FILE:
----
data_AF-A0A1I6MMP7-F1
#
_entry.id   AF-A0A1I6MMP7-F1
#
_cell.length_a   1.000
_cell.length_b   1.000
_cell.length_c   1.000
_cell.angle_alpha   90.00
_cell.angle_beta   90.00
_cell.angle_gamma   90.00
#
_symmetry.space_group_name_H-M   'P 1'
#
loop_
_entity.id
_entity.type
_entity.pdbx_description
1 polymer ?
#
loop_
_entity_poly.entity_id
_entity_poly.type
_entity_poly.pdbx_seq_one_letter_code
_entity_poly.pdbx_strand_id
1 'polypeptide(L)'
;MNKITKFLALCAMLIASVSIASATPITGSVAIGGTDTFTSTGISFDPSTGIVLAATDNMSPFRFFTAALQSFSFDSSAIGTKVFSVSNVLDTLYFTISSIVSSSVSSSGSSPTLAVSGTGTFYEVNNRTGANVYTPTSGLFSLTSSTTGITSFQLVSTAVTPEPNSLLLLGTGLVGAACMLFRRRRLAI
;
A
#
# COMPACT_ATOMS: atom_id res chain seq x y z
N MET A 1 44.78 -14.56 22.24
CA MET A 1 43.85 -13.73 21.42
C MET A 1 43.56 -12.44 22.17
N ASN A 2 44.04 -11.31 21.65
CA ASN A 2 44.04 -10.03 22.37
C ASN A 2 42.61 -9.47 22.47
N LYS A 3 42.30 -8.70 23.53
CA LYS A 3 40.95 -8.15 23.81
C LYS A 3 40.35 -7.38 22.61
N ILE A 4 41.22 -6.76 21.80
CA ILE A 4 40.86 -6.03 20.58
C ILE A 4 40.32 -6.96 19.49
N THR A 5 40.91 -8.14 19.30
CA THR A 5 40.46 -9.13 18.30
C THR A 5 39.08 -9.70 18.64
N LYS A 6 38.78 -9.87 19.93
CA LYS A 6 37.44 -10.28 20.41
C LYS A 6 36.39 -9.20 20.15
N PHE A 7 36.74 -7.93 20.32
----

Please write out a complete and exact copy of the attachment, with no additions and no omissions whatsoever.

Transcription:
data_AF-A0A1I6MMP7-F1
#
_entry.id   AF-A0A1I6MMP7-F1
#
_cell.length_a   1.000
_cell.length_b   1.000
_cell.length_c   1.000
_cell.angle_alpha   90.00
_cell.angle_beta   90.00
_cell.angle_gamma   90.00
#
_symmetry.space_group_name_H-M   'P 1'
#
loop_
_entity.id
_entity.type
_entity.pdbx_description
1 polymer ?
#
loop_
_entity_poly.entity_id
_entity_poly.type
_entity_poly.pdbx_seq_one_letter_code
_entity_poly.pdbx_strand_id
1 'polypeptide(L)'
;MNKITKFLALCAMLIASVSIASATPITGSVAIGGTDTFTSTGISFDPSTGIVLAATDNMSPFRFFTAALQSFSFDSSAIGTKVFSVSNVLDTLYFTISSIVSSSVSSSGSSPTLAVSGTGTFYEVNNRTGANVYTPTSGLFSLTSSTTGITSFQLVSTAVTPEPNSLLLLGTGLVGAACMLFRRRRLAI
;
A
#
# COMPACT_ATOMS: atom_id res chain seq x y z
N MET A 1 44.78 -14.56 22.24
CA MET A 1 43.85 -13.73 21.42
C MET A 1 43.56 -12.44 22.17
N ASN A 2 44.04 -11.31 21.65
CA ASN A 2 44.04 -10.03 22.37
C ASN A 2 42.61 -9.47 22.47
N LYS A 3 42.30 -8.70 23.53
CA LYS A 3 40.95 -8.15 23.81
C LYS A 3 40.35 -7.38 22.61
N ILE A 4 41.22 -6.76 21.80
CA ILE A 4 40.86 -6.03 20.58
C ILE A 4 40.32 -6.96 19.49
N THR A 5 40.91 -8.14 19.30
CA THR A 5 40.46 -9.13 18.30
C THR A 5 39.08 -9.70 18.64
N LYS A 6 38.78 -9.87 19.93
CA LYS A 6 37.44 -10.28 20.41
C LYS A 6 36.39 -9.20 20.15
N PHE A 7 36.74 -7.93 20.32